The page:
A three-year-old boy has become the youngest ever person to join Mensa UK, the largest IQ society in the world.
Muhammad Haryz Nadzim was invited to become a member after scoring 142 on the Stanford-Binet IQ test, placing him in the 99.7th percentile.
Haryz’s mother, Nur Anira Asyikin Hashim, told Metro UK that she knew her son was going to be special when he uttered his first words at just seven months old.
Haryz’s parents, Anira and Mohd, who are originally from Malaysia, but now live in County Durham, North East England, are both engineers, but never realised just how special their son would be.
“‘We didn’t have much experience, so we just thought that’s how kids were. It was only when he started going to nursery, we were told he is more advanced than other children,” Anira said.
She added: “By the time he was in nursery, he could read the whole of some of his favourite storybooks.”
What makes Haryz’s language and reading skills even more impressive is that English is not the language spoken within his home.
“We communicate with him in the Malay language at home,” explained Anira. “Haryz has no idea how clever he is.”
To become a member of British Mensa, an individual must “demonstrate an IQ in the top two per cent of the population,” according to their website.
As well as completing the Stanford-Binet IQ test, which consists of a combination of math, reading, memorization, and logical thinking questions, Haryz was assessed by educational phycologist, Lyn Kendall, who specialises in gifted children.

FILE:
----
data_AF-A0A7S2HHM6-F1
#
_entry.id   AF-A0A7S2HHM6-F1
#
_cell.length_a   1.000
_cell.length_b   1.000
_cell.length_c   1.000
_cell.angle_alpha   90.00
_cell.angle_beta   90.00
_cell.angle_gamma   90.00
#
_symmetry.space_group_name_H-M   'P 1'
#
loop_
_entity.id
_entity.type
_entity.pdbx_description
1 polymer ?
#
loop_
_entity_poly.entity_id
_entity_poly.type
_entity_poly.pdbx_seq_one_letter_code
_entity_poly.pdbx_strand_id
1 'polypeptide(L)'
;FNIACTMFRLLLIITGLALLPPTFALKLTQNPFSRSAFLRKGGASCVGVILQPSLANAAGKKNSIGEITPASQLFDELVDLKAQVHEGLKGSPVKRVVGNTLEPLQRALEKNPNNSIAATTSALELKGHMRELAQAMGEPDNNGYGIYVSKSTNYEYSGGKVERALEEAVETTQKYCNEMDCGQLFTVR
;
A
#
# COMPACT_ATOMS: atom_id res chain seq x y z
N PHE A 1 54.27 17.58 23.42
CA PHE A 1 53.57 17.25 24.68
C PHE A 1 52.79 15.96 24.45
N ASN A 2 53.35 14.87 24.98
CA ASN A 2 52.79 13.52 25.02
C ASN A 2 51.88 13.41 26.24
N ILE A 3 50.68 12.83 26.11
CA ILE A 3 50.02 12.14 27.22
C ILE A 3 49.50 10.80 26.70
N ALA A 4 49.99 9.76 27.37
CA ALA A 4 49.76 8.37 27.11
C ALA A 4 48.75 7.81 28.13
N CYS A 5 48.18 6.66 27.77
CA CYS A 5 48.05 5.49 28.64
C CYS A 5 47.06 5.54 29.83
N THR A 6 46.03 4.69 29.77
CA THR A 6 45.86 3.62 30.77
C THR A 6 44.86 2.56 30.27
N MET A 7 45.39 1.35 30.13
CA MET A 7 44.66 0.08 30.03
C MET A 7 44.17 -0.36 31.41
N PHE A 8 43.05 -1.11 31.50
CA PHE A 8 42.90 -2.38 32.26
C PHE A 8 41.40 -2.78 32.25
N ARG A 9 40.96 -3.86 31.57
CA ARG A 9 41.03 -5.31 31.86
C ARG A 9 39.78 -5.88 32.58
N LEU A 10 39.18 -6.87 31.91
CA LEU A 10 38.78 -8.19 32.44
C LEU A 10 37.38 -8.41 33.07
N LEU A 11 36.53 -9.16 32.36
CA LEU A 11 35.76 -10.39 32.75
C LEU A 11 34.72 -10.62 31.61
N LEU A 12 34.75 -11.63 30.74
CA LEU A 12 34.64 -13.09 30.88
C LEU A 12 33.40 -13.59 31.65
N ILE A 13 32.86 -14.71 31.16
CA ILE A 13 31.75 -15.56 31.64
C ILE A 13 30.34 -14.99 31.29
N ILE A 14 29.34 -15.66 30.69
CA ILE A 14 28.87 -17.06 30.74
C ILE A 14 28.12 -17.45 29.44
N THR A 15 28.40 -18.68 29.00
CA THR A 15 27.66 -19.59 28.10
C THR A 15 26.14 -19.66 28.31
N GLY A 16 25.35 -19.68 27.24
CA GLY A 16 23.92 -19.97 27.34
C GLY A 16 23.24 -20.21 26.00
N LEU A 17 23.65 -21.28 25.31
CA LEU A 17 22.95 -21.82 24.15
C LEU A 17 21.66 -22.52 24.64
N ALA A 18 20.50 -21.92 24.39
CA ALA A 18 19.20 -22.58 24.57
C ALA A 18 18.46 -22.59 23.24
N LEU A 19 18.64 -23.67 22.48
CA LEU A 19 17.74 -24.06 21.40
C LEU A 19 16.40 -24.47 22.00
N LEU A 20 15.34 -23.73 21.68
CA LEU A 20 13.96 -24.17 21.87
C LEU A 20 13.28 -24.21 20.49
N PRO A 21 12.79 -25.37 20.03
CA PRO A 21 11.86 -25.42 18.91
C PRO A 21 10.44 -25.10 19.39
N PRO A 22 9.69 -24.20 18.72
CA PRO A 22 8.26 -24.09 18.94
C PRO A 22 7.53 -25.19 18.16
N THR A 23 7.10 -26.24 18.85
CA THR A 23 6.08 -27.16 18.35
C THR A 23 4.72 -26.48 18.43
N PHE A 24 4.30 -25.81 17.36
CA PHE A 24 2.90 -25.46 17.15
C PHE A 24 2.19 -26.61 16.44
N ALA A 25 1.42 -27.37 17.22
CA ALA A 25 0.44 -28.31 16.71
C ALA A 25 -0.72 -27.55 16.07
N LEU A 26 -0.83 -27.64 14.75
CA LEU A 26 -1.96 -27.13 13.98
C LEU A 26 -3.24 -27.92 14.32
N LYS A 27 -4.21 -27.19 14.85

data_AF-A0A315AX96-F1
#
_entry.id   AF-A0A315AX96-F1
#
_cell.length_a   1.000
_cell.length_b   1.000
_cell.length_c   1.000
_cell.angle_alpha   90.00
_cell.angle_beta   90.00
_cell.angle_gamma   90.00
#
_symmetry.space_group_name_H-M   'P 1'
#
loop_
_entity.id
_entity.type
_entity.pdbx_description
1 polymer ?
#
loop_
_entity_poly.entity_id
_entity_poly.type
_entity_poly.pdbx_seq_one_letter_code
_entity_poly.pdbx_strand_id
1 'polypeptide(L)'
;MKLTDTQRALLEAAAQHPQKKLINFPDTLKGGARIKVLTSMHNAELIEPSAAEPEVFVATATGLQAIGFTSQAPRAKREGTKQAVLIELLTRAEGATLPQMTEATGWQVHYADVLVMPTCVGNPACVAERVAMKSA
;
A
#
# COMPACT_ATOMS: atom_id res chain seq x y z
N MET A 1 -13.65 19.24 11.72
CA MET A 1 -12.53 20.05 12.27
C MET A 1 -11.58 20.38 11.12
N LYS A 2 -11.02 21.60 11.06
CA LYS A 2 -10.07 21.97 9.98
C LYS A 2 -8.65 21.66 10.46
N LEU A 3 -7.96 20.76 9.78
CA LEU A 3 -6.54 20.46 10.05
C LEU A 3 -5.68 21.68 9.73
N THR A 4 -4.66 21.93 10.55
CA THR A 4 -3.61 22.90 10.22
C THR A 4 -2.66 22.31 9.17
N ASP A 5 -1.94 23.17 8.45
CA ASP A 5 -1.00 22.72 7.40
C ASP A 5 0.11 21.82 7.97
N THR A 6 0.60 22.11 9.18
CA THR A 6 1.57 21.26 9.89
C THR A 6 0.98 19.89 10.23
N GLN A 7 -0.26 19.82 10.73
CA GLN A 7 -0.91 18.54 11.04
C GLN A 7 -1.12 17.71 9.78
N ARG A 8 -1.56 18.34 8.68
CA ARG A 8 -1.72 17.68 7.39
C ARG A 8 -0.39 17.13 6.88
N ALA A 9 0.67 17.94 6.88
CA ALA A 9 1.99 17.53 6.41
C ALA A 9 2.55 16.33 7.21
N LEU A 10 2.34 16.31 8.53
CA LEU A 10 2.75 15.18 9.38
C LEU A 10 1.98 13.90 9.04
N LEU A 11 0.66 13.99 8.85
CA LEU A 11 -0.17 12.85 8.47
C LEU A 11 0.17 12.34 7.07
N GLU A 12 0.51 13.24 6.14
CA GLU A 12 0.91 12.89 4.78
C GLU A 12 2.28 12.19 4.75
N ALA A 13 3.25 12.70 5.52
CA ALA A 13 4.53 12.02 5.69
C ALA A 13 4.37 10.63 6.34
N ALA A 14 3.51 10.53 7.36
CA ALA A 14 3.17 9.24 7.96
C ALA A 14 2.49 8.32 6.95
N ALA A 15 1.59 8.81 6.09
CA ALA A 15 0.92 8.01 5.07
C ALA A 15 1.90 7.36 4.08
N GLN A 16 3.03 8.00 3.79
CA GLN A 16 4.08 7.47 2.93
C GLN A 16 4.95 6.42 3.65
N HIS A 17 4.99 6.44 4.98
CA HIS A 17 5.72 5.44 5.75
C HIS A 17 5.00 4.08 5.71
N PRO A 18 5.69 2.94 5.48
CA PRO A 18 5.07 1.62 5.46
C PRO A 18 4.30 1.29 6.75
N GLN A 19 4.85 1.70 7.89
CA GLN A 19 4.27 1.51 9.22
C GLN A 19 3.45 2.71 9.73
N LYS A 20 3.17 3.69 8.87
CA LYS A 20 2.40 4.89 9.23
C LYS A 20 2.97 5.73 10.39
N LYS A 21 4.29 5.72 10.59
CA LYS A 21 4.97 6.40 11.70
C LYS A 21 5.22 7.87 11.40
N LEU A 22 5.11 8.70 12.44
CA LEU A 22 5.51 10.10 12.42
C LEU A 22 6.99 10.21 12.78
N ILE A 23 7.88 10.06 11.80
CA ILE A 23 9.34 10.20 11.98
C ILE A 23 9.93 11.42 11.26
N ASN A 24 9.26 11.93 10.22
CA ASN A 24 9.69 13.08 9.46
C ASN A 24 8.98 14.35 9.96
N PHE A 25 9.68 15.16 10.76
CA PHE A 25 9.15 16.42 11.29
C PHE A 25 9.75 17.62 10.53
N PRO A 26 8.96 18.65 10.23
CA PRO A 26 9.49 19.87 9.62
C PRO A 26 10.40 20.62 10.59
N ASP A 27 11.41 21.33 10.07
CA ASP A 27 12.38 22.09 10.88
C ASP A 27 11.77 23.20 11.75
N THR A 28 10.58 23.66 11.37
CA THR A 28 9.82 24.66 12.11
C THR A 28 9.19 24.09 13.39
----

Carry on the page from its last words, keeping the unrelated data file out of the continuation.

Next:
Anira now hopes that Haryz will be able to get the support he needs to reach his full potential.
“We just really wanted to clarify how we could help him. We didn’t want him to feel under-stimulated, but at the same time, we didn’t want him to feel he was being pushed.
“We want him to be a normal child who plays and does normal things that children do.”
Anira refers to Haryz as her “mini brainbox,” but says he is very much your typical three-year-old in every other way.
“He enjoys jumping in puddles, painting, singing, all the normal stuff for a child of that age. His favourite television programmes are Story Bots and Numberblocks,” she said.
She did add, however, that he prefers having conversations with older peers and adults.
“Haryz loves to ask questions and talks about space and numbers, and he loves reading books.”
Anira and Mohd are thrilled that Haryz has been accepted into Mensa and hope that whatever he achieves, he can make the world a better place.
“It’s exciting and we are sure this will help him in giving him a little bit of belief and confidence in himself so he can better benefit society in the future,’ said Anira.